Deep inside, there has always been an urge to go. It never really mattered where – simply go. There were times of pondering what the urge meant, how to realize it, or where it would lead. But hardly ever was there any question as to why it was around. The thought of going was ever so natural: a predestined path inherently attached to the core, it infiltrated the molecules of oxygen and filled the lungs with life. Yet, the anticipation of an abrupt change makes even the tallest tree shake. The concept of going bears an array of meanings that dare, intrigue, and overwhelm altogether. Even so, it is by acknowledging and embracing all shades of gray that the path becomes colorful. Sooner or later, the fact that everything happens in its own time is revealed, if only we are willing to observe. And we remain with our eyes fixed on the target until suddenly, without notice, we go.
The smell of self-reliance soothes the nostrils. Its bittersweet taste waters the mouth; its quietude unclogs the ears; its immensity lubricates the eyes. Since the moment of relinquishing, the heart is free from the anxiety of going – it perceives the vastness of the road ahead and it is eager to beat faster. The feet are reckless over what they are stepping into: an endless roller-coaster with loops and right-angled drops, without breaks nor seat belts, stamped by panoramic views, enlivened by a never-ending breeze. Almost instantly, the mind elucidates some of the many reasons for being alive, in the hope to catch up with at least a share of thoughts, emotions, and sensations filtered along the beginning of the ride. What was once an urge – an inconceivable idea – sprouts branches of possibilities. The passing of time shifts priorities into place and the act of drifting slowly develops a modus operandi. The options are endless; there are a whole lot of doors to open.
Roads, streets, alleys and pathways become the veins and arteries that pump blood across our bodies. Away from what was once known, we undress our familiar skin and gear up to discover the unimaginable. Nights spent awake in far away bus stations, solid floors turned into beds, the rash of backpack straps, currency exchange rates, exhaustive decision making – these are well known turfs for those who dared to go. It is through like-minded circumstances that we are presented to the virtue of adaptability, where needs are examined and accepted for what they are. Likewise, we begin to grasp the value of following our curiosities; we chase the stories that inspire, using mundane narratives as both the drive and motivation for the carrying on our wayward.
Answers turn into questions, which in turn replace the interrogation mark for suspension points when realizing that some inquiries haven’t got or don’t need a response. Amid quiet nights and busy days, in the freezing cold and under a scorching sun, alone or united, we begin to create our own concept of going. There is novelty, plenitude, and nostalgia in the process – a dance that links who we once were to who we will one day be. Seemingly trivial events stop feeling like accidents and start to bear responsibility for what they truly are: a clash of decisions. And as this ensemble of moments pile up to become experiences, we find places to store them as memories.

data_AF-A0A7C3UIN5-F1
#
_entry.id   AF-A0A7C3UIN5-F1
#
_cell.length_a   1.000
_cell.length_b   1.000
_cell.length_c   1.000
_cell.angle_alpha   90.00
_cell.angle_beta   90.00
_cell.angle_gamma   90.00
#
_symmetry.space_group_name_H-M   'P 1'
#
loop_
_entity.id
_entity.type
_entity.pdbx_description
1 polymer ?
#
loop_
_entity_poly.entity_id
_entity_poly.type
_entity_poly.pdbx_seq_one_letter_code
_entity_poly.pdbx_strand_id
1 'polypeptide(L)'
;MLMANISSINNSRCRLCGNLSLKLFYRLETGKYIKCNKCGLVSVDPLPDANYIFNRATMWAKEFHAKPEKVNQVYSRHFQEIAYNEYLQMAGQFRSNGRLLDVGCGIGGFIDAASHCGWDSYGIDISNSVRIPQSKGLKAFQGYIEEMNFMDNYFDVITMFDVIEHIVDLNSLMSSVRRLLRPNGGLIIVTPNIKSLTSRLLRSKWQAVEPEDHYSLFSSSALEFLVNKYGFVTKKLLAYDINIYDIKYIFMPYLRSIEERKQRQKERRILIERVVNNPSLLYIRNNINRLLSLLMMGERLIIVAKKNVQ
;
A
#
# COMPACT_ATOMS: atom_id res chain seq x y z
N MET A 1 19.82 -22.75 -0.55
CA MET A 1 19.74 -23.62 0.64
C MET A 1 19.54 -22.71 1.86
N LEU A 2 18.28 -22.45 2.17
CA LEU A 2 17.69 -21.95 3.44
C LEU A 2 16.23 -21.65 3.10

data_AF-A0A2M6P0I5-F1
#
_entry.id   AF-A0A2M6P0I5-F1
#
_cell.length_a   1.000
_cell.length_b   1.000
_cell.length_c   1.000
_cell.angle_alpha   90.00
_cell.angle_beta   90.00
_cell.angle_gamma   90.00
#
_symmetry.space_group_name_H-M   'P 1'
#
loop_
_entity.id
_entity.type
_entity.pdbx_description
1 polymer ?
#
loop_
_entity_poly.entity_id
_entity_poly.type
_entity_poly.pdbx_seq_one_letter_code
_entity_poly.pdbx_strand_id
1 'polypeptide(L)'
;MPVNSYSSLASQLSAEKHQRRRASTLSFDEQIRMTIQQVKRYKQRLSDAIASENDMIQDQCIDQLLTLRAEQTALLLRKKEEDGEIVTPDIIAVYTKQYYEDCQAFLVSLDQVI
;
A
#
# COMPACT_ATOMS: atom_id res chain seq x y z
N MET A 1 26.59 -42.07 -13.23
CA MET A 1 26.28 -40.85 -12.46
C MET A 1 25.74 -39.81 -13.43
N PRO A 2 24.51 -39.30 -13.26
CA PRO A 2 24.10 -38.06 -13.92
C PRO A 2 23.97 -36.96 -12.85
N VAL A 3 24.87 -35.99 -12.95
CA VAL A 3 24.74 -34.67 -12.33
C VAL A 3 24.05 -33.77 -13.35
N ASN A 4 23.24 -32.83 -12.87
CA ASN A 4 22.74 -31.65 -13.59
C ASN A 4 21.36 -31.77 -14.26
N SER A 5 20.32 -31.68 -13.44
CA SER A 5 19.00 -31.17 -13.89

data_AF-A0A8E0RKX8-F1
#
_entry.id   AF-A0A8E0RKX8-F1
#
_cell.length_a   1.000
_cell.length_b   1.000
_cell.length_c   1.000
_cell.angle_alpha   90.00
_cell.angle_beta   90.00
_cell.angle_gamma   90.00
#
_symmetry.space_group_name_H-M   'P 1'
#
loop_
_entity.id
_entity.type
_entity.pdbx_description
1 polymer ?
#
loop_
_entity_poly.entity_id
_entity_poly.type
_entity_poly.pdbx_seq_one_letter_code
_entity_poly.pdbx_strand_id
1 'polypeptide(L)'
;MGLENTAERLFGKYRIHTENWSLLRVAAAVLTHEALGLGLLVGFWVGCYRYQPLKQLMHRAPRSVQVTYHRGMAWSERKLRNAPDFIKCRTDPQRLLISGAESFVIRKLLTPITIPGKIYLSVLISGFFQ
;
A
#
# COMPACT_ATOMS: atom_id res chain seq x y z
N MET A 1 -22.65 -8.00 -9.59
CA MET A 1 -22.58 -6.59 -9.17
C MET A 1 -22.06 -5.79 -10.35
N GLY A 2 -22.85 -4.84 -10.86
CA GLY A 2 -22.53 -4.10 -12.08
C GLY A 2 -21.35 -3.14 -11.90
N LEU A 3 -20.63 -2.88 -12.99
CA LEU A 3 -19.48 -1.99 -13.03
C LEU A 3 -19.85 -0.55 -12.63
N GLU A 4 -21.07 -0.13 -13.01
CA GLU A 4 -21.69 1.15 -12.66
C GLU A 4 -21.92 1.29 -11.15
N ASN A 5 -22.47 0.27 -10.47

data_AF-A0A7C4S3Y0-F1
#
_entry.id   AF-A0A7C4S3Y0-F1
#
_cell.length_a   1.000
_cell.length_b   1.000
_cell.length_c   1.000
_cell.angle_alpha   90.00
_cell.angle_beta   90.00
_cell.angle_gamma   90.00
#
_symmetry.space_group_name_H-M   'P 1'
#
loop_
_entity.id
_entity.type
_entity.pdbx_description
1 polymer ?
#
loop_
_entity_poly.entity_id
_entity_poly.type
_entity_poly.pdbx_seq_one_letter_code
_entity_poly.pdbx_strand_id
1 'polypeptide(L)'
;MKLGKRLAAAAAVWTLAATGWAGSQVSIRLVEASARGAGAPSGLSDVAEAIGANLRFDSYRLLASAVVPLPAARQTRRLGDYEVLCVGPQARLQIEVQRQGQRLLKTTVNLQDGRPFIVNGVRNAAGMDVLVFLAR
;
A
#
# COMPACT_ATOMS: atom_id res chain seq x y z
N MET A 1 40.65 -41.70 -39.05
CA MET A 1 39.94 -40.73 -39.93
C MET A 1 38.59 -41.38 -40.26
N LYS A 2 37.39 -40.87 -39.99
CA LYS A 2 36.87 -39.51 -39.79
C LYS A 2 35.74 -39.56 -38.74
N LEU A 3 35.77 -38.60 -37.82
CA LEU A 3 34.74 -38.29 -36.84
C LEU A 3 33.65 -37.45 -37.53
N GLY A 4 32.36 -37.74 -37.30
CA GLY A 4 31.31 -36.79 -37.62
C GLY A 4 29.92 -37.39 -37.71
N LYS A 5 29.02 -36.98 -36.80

Finally, the company of “me” overburdens. It is something to get used to until the weight of this two-lettered word is confronted by the lightness of another – we. We begin to understand that we are nothing compared to everything. When we go, our hearts touch and are touched; our souls are tested and filtered and cleansed and set free. Time loses its linearity; everything happens in cycles. Virtues are put into perspective, pushed to the point of bettering, or even better, changing. Senses and feelings accept the reality of movement; they learn to live with the inconsistency that comes from chasing something new around every corner. The idea of what is going to be is at the mercy of the uncontrollable – and our spirit smiles at that. The human being comes across humanity; the humanity teaches him or her to be human.
Oftentimes, it may look like we are running away from something. But the more we go, the more we realize that, in fact, the only things we are indeed escaping from are our own limits and comforts – our phobia of being conformed. When the compass doesn’t show the direction anymore, when our choices lead us to start from scratch, again and again, we try to recall the urge to go. We trust the winds and let our senses guide us, until the heart’s thirst is quenched, or until the only satisfaction is to finally, stay.